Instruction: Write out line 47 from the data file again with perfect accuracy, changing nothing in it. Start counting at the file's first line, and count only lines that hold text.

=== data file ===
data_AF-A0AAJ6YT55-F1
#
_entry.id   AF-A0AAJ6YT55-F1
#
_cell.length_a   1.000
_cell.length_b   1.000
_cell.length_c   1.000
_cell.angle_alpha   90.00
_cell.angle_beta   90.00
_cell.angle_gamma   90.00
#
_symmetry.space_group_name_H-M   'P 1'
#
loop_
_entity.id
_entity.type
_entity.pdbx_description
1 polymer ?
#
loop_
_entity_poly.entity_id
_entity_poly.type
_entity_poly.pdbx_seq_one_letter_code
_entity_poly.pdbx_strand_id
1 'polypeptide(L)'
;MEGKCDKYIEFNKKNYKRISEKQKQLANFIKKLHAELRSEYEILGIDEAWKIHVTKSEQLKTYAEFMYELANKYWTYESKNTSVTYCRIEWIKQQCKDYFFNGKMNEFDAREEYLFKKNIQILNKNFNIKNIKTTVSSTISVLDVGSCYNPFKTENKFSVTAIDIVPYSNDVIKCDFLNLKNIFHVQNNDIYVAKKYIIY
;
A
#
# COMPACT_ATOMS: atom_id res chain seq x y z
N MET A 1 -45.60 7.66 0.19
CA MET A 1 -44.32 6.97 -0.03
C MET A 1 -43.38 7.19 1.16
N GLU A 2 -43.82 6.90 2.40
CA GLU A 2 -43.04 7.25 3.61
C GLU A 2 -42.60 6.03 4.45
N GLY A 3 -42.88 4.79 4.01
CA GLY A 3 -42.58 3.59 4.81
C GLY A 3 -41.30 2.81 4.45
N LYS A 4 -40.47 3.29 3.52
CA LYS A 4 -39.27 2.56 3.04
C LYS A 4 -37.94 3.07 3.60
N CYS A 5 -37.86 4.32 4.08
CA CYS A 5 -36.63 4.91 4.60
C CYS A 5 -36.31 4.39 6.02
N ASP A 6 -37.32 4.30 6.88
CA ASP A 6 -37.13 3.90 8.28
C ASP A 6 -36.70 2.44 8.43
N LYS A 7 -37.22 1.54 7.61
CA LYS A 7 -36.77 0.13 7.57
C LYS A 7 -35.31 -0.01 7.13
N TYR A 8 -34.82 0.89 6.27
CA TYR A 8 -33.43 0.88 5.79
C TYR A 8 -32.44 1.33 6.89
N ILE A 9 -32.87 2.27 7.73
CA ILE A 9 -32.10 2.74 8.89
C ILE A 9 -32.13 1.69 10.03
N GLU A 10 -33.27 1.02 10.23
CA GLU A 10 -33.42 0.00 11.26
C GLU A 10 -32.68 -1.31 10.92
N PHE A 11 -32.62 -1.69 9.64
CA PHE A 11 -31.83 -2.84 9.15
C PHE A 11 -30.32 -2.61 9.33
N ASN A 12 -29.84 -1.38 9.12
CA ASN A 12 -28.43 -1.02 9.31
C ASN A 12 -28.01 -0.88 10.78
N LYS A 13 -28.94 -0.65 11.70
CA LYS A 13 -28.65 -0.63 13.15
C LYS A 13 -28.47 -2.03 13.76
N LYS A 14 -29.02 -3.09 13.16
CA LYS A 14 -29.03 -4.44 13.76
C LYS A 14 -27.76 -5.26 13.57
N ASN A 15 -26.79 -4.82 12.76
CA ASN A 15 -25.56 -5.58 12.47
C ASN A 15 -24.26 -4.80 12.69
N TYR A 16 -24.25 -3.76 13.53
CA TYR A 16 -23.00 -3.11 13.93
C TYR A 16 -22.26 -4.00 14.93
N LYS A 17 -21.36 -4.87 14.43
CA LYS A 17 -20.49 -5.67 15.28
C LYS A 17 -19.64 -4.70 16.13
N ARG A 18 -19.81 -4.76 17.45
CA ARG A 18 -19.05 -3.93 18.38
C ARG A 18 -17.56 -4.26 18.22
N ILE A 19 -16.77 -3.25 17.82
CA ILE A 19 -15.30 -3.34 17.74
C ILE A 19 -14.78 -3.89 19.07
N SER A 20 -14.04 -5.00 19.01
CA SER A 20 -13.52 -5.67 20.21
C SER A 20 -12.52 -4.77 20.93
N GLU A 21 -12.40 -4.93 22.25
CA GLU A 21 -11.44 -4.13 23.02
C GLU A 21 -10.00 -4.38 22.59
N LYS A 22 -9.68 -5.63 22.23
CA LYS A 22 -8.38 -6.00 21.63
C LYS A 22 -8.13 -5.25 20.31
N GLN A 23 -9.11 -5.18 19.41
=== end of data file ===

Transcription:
CA ASP A 6 -37.13 3.90 8.28